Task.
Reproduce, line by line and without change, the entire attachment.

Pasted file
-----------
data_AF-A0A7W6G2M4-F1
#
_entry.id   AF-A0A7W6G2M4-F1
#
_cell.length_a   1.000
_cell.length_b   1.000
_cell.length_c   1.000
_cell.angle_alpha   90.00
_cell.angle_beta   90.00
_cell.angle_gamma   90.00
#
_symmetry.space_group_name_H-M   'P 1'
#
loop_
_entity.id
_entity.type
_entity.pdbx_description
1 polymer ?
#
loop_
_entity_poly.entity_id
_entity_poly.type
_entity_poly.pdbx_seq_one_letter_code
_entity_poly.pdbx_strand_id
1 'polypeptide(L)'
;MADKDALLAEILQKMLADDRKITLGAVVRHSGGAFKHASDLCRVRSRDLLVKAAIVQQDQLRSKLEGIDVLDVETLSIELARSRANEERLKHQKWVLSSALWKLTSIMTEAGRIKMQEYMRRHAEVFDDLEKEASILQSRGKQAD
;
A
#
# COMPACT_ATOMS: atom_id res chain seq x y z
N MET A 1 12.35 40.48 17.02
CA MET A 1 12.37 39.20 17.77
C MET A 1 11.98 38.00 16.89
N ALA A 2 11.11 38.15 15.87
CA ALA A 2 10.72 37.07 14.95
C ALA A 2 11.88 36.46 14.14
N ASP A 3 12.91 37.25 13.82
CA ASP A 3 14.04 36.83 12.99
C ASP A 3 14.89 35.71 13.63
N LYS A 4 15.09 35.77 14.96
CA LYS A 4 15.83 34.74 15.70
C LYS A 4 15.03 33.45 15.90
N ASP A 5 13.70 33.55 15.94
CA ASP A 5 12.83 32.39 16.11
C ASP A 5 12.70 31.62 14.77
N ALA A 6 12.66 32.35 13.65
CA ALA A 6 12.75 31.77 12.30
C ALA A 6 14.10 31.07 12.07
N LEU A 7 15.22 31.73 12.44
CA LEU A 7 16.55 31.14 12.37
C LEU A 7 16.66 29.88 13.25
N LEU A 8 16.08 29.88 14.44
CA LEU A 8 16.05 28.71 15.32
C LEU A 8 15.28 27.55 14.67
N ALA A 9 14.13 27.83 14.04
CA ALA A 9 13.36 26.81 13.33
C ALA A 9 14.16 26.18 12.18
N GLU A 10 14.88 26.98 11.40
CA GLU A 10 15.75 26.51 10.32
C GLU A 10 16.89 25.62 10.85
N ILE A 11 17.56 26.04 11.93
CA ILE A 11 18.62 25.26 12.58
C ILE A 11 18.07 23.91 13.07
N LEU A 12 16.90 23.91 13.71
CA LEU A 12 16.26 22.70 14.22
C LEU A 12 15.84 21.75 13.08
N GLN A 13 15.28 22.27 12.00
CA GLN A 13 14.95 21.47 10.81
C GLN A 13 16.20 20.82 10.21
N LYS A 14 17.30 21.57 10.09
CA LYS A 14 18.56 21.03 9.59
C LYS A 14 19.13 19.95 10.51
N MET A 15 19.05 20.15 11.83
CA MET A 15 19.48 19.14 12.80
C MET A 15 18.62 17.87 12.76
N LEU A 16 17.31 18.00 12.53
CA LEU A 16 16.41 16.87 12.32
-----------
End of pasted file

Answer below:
data_AF-A0A7W6G2M4-F1
#
_entry.id   AF-A0A7W6G2M4-F1
#
_cell.length_a   1.000
_cell.length_b   1.000
_cell.length_c   1.000
_cell.angle_alpha   90.00
_cell.angle_beta   90.00
_cell.angle_gamma   90.00
#
_symmetry.space_group_name_H-M   'P 1'
#
loop_
_entity.id
_entity.type
_entity.pdbx_description
1 polymer ?
#
loop_
_entity_poly.entity_id
_entity_poly.type
_entity_poly.pdbx_seq_one_letter_code
_entity_poly.pdbx_strand_id
1 'polypeptide(L)'
;MADKDALLAEILQKMLADDRKITLGAVVRHSGGAFKHASDLCRVRSRDLLVKAAIVQQDQLRSKLEGIDVLDVETLSIELARSRANEERLKHQKWVLSSALWKLTSIMTEAGRIKMQEYMRRHAEVFDDLEKEASILQSRGKQAD
;
A
#
# COMPACT_ATOMS: atom_id res chain seq x y z
N MET A 1 12.35 40.48 17.02
CA MET A 1 12.37 39.20 17.77
C MET A 1 11.98 38.00 16.89
N ALA A 2 11.11 38.15 15.87
CA ALA A 2 10.72 37.07 14.95
C ALA A 2 11.88 36.46 14.14
N ASP A 3 12.91 37.25 13.82
CA ASP A 3 14.04 36.83 12.99
C ASP A 3 14.89 35.71 13.63
N LYS A 4 15.09 35.77 14.96
CA LYS A 4 15.83 34.74 15.70
C LYS A 4 15.03 33.45 15.90
N ASP A 5 13.70 33.55 15.94
CA ASP A 5 12.83 32.39 16.11
C ASP A 5 12.70 31.62 14.77
N ALA A 6 12.66 32.35 13.65
CA ALA A 6 12.75 31.77 12.30
C ALA A 6 14.10 31.07 12.07
N LEU A 7 15.22 31.73 12.44
CA LEU A 7 16.55 31.14 12.37
C LEU A 7 16.66 29.88 13.25
N LEU A 8 16.08 29.88 14.44
CA LEU A 8 16.05 28.71 15.32
C LEU A 8 15.28 27.55 14.67
N ALA A 9 14.13 27.83 14.04
CA ALA A 9 13.36 26.81 13.33
C ALA A 9 14.16 26.18 12.18
N GLU A 10 14.88 26.98 11.40
CA GLU A 10 15.75 26.51 10.32
C GLU A 10 16.89 25.62 10.85
N ILE A 11 17.56 26.04 11.93
CA ILE A 11 18.62 25.26 12.58
C ILE A 11 18.07 23.91 13.07
N LEU A 12 16.90 23.91 13.71
CA LEU A 12 16.26 22.70 14.22
C LEU A 12 15.84 21.75 13.08
N GLN A 13 15.28 22.27 12.00
CA GLN A 13 14.95 21.47 10.81
C GLN A 13 16.20 20.82 10.21
N LYS A 14 17.30 21.57 10.09
CA LYS A 14 18.56 21.03 9.59
C LYS A 14 19.13 19.95 10.51
N MET A 15 19.05 20.15 11.83
CA MET A 15 19.48 19.14 12.80
C MET A 15 18.62 17.87 12.76
N LEU A 16 17.31 18.00 12.53
CA LEU A 16 16.41 16.87 12.32